Meshuggah’s Fredrik Thordendal didn’t play for three years before tracking Immutable solos

Fredrik Thordendal
(Image credit: Miikka Skaffari/Getty Images)

When Fredrik Thordendal returned to Meshuggah to add solos to latest album Immutable, he hadn’t touched a guitar in three years.

He’d taken time out from the band to work on a solo album and build a studio – a period that was something of a struggle for fellow guitarist Marten Hagstrom.

“It threw us for a loop,” Hagstrom told of Thordendal’s decision to go on hiatus, adding that the band had wondered “What are we doing now?” They continued with Scar Symmetry’s Per Nilsson in a stand-in role until the time came to reconnect with Thordendal. By that point Immutable had been written.

“We met up at his studio. He hadn’t heard anything but he said, ‘I’m up for recording leads on the album if you want me to. No pressure.’ We were super-stoked! We didn’t feel that a lot of songs on this album needed leads but the ones that needed leads needed Fredrik.

“He’s the signature tone. Without his leads, it wouldn’t be a Meshuggah album in our eyes. Then he told us he hadn’t touched the guitar for three years.”

Despite that, his contributions to Immutable satisfied everyone, and the result is an album that Hagstrom feels continues Meshuggah’s mission. “When I wrote a song, I was totally unlimited until it was done,” he reported.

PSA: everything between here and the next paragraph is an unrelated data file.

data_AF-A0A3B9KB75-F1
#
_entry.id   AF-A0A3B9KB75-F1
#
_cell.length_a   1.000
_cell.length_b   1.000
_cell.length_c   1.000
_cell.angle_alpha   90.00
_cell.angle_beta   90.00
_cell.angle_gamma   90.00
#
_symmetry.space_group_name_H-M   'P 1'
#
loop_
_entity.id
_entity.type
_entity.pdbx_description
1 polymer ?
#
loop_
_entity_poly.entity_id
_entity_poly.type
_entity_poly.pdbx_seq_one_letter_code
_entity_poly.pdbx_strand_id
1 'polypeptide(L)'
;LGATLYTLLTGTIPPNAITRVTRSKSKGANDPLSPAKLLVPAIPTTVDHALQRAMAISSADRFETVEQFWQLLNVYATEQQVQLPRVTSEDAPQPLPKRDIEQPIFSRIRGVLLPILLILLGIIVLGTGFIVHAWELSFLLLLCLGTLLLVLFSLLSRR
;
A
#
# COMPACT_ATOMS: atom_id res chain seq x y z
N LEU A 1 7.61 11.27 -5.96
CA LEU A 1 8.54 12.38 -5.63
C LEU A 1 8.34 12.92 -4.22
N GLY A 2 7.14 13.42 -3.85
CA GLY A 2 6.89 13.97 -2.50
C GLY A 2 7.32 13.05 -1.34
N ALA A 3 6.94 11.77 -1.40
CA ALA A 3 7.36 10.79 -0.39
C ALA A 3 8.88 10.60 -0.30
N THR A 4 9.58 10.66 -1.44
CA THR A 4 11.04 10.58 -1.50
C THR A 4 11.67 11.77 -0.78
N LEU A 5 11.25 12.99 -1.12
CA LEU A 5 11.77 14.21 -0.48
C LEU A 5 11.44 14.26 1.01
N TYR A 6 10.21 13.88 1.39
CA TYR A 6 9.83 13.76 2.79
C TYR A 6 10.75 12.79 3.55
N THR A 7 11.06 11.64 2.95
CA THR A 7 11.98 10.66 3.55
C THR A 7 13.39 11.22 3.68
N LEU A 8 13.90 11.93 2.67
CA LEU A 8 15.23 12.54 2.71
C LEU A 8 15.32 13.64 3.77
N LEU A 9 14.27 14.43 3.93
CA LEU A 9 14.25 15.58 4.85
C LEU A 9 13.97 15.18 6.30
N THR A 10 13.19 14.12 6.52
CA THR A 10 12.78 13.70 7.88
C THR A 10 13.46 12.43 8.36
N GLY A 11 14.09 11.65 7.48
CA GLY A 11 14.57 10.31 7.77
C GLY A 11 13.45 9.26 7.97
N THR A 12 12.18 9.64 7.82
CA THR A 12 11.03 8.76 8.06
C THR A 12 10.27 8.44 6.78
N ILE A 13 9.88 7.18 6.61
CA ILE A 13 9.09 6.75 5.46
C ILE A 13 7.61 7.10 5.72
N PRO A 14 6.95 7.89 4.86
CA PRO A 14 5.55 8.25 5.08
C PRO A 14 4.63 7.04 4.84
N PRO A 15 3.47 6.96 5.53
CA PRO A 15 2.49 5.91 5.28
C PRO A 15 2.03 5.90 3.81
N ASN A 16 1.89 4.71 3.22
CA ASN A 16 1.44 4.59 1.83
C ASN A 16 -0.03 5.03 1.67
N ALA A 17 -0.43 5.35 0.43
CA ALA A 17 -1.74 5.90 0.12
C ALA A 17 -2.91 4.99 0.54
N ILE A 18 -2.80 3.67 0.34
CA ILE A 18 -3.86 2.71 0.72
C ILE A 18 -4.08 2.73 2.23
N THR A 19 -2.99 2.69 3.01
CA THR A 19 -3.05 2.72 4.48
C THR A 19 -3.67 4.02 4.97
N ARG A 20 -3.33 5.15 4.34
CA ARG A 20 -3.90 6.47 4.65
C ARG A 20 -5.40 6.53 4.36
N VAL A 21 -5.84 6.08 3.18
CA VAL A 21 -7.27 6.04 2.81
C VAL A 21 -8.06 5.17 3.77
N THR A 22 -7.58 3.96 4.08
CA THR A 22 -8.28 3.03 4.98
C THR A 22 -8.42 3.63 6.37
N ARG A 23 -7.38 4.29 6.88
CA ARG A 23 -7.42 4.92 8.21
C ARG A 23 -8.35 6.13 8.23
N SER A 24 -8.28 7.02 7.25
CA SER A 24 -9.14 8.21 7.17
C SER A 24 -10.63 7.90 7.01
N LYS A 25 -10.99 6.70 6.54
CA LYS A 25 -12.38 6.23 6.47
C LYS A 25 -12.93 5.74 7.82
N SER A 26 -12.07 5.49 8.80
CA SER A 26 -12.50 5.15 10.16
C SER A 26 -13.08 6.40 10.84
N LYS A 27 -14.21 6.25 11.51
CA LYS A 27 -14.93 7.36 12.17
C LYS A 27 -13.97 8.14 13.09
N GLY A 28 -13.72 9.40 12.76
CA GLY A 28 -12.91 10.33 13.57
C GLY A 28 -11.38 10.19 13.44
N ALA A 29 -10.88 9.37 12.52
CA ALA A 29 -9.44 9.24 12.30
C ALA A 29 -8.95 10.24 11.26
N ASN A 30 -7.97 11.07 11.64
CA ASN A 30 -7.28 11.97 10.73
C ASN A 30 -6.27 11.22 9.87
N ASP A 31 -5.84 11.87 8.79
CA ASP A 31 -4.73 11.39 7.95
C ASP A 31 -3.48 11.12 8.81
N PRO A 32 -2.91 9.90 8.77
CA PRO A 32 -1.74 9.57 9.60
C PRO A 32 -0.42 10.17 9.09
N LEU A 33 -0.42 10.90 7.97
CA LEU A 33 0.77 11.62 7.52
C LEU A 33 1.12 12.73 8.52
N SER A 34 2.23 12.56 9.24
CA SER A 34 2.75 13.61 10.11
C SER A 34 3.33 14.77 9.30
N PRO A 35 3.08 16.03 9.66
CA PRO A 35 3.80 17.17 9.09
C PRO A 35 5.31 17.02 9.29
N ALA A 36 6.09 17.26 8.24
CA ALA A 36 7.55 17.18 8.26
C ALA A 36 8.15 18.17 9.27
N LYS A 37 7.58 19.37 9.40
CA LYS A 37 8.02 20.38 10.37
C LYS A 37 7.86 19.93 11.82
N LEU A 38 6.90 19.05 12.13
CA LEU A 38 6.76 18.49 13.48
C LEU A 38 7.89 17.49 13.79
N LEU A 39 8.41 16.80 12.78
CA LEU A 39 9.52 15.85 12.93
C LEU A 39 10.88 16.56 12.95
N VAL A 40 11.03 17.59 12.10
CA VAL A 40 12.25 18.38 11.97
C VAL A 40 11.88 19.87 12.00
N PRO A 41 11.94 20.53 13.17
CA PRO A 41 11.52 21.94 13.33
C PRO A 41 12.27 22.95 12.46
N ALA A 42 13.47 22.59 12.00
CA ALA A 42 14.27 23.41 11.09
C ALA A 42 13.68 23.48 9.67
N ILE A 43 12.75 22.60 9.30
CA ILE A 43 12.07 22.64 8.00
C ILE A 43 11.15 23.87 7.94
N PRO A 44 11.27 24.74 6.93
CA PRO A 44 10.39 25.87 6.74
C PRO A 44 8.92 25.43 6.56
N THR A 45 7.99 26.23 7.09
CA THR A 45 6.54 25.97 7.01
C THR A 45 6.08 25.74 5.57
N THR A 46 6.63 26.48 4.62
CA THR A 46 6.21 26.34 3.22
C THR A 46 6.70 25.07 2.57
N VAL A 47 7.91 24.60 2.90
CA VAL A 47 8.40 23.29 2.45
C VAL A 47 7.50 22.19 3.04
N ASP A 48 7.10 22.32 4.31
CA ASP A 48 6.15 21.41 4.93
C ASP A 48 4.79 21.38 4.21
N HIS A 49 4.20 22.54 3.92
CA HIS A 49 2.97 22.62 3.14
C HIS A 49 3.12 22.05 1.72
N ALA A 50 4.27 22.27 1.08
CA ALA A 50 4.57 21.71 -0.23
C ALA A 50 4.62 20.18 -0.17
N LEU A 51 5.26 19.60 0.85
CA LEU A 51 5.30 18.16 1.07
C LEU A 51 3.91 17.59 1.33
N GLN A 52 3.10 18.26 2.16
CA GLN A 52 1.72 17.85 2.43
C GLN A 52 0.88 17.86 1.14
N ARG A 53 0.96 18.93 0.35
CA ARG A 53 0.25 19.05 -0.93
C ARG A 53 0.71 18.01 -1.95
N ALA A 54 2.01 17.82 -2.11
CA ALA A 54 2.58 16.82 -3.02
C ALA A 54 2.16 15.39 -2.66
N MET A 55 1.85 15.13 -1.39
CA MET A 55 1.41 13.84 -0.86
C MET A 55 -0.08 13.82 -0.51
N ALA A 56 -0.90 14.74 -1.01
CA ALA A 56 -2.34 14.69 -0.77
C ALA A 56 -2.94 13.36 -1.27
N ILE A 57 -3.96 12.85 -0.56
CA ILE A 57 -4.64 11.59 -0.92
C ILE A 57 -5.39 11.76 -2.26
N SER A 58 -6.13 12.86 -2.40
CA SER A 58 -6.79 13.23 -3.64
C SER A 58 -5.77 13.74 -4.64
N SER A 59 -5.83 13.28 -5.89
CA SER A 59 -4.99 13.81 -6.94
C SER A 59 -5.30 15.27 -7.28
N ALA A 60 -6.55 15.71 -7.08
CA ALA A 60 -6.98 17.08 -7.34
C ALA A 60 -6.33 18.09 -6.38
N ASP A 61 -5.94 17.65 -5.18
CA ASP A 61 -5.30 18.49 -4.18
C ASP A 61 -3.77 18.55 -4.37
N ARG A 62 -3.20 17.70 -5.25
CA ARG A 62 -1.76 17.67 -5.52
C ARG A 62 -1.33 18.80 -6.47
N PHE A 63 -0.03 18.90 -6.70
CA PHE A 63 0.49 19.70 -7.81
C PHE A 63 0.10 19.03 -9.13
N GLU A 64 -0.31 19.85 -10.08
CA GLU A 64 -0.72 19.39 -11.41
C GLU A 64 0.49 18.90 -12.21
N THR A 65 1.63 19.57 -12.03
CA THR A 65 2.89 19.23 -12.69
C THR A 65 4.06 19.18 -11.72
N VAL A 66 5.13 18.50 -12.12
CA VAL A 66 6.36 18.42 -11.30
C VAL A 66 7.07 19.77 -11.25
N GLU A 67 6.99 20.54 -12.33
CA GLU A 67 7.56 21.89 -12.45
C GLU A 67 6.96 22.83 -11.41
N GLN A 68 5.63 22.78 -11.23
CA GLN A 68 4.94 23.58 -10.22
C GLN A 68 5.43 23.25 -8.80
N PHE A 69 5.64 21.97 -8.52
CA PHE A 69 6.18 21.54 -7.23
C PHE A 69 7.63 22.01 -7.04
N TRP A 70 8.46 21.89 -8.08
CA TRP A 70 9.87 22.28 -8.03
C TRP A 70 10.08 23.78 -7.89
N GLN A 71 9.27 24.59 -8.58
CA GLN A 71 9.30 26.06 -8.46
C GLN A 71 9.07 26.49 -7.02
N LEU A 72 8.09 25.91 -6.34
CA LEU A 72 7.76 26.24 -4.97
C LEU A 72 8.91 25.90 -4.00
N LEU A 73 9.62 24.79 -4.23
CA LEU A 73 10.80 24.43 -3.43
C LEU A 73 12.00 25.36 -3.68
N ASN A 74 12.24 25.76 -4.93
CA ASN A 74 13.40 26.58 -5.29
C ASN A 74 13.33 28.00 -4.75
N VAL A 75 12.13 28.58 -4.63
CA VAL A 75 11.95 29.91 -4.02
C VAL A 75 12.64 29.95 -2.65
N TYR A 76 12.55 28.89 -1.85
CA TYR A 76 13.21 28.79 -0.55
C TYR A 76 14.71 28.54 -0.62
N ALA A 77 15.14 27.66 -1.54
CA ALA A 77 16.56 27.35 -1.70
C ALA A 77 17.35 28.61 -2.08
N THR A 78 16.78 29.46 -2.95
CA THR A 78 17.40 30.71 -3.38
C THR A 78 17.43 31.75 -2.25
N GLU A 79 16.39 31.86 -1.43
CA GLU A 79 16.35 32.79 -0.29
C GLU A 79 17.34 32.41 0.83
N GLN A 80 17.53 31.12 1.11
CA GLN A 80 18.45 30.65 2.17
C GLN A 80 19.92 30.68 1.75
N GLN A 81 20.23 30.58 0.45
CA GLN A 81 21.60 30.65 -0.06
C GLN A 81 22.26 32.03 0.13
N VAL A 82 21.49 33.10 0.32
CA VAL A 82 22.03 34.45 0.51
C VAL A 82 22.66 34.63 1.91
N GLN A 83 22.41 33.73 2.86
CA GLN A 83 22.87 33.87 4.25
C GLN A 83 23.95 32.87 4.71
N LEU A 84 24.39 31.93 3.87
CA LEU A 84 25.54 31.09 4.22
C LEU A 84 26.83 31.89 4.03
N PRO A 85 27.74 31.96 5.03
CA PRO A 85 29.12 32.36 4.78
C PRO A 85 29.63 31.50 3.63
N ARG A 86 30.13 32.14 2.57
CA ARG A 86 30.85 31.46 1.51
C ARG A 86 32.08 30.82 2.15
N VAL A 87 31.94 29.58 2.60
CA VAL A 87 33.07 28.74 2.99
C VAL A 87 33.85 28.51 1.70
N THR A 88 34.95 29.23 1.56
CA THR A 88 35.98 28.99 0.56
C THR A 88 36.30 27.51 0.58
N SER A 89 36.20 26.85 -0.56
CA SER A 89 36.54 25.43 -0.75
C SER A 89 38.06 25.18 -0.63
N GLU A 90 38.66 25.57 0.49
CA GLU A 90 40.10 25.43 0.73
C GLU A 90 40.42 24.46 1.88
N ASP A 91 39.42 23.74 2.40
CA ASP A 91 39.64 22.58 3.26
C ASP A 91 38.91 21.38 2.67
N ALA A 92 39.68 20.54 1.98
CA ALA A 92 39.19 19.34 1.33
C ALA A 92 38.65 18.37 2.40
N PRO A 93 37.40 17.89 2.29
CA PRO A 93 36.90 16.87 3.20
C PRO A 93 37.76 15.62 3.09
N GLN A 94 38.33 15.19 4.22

“The other guys got to say, ‘We like this song,’ or, ‘We don’t like this song.’ There was no nitpicking. We wanted the songs to have their own faces. If two songs reminded you of each other, they were gone.”

He added: “This band’s entire challenge, so to speak, is to have a sound that is readily recognisable – the same thing AC/DC have. We want people to go, ‘This is AC/DC; this is Iron Maiden; this is Meshuggah.’”

The band continue touring Europe in July with North American dates to follow.

Freelance Online News Contributor

Not only is one-time online news editor Martin an established rock journalist and drummer, but he’s also penned several books on music history, including SAHB Story: The Tale of the Sensational Alex Harvey Band, a band he once managed, and the best-selling Apollo Memories about the history of the legendary and infamous Glasgow Apollo. Martin has written for Classic Rock and Prog and at one time had written more articles for Louder than anyone else (we think he's second now). He’s appeared on TV and when not delving intro all things music, can be found travelling along the UK’s vast canal network.